Eating the local food is one of the most important ways to experience local culture. After all, you might be eating it every day – although you may want to avoid some of the local delicacies in European cuisine. Dutch raw herring, for instance, doesn’t go down a treat for all expats! But, especially if you live in a major city, international cuisine is readily available. You may find it strange that the Dutch smother their chips (frites) with mayonnaise, but is Dutch cuisine really so bad? The Belgians, who are famed for their frites, eat them with mayonnaise too; read the story of their humble roots and find out if the famed Belgian chocolates are under threat. Another little known fact; Berlin is thebirthplace of the donor kebab.
Treat your loved one to a dinner under the stars in Belgium, an Indonesian rijsttafel in Amsterdam or enjoy paella with a little flamenco on the side on the Costa Blanca, a region where it is possible to eat cheap and well, according to one expat food blogger. A multicultural blogger in the UK discovers the delights of a pizzeria in Brixton. Should your heart be set on sushi, here’s where to find sushi restaurants in Germany.
Trends in cuisine
Let’s not forget France, a country famed for fine cuisine, where French chefs tune into changing times, while the Gastro Bistro thrives as top chefs turn to ‘democratic dining’. Spanish chefs are also adapting to hard times as they revolutionise Spanish cuisine by adapting their menus to simpler, cheaper fare, while one famous chef in Spain unveils the food of tomorrow. A Swiss chocolatier is busy inventing chocolate that won’t melt in your hand, while an ice-cream store in Switzerland has developed a flavour based on the Brazilian cocktail caipirinha.
Learn more about Germany's favourite snack, the curried sausage or "currywurst," which has now got its own museum. Plus, here's the story of Munich's Weisswurst to help you make sure that you are buying the 'real' thing which should be "as white as snow" according to the experts.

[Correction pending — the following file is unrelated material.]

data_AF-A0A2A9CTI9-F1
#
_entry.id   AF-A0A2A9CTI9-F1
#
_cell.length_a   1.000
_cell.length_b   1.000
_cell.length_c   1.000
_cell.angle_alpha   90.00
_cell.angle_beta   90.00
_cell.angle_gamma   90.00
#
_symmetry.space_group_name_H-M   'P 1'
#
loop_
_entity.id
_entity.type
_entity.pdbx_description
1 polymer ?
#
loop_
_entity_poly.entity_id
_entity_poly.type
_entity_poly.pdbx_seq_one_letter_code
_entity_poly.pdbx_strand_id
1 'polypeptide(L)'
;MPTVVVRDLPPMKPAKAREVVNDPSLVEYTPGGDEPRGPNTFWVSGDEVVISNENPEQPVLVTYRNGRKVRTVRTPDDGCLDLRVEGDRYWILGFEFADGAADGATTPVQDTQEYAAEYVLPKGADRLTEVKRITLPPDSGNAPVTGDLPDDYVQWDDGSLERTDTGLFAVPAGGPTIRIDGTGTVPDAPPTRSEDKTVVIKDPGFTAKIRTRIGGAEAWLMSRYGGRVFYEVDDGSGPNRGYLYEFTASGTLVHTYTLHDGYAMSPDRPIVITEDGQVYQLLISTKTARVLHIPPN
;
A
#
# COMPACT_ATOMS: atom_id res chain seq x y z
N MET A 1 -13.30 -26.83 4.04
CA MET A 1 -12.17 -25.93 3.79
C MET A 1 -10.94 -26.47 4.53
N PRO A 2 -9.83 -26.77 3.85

Beer and wine
Find out about wines in the Southern Rhone Valley, or, for those with deep pockets, visit the chateaux of Bordeaux. Spanish winery Vega Sicilia explains its philosophy of quality before quantity or if wine’s not your tipple of choice become acquainted with some thirst-quenching Catalan beers. On the subject of beer, check out where to locate the best bars in Brussels, Antwerp, Brugge, Ghent or Amsterdam.. If you don’t agree with our choice or see one missing, please send us your recommendations or leave them under the article via the ‘reply’ button. Not sure what beers to drink in the Netherlands? Our guide to Dutch beer should help. Love beer and festivals? Then head for Munich in Germany to enjoy Oktoberfest! And for those who’ve overdone the tipple, an apple a day could keep your hangover at bay.
Expatica’s Dining & Cuisine section is full of local recipes. Find out how to make Spanish: Empanadillas, Belgian: Liege meatballs, Netherlands: Dutch apple tart. In Germany, go forth into nature and follow our recipes for picnics! In Switzerland, learn about roasting raclette and, if you’re based in France, skip the recipe and try out a cookery class and make your own lunch at the same time. Last but not least, here’s how to enjoy Britain’s great traditional meal: the Sunday Roast.
Finding the right ingredients, restaurants and bars
Making your favourite, or national food, in you new country of residence may not be easy as one American in Holland discovers on her quest to find the ingredients for cupcakes in the Netherlands.
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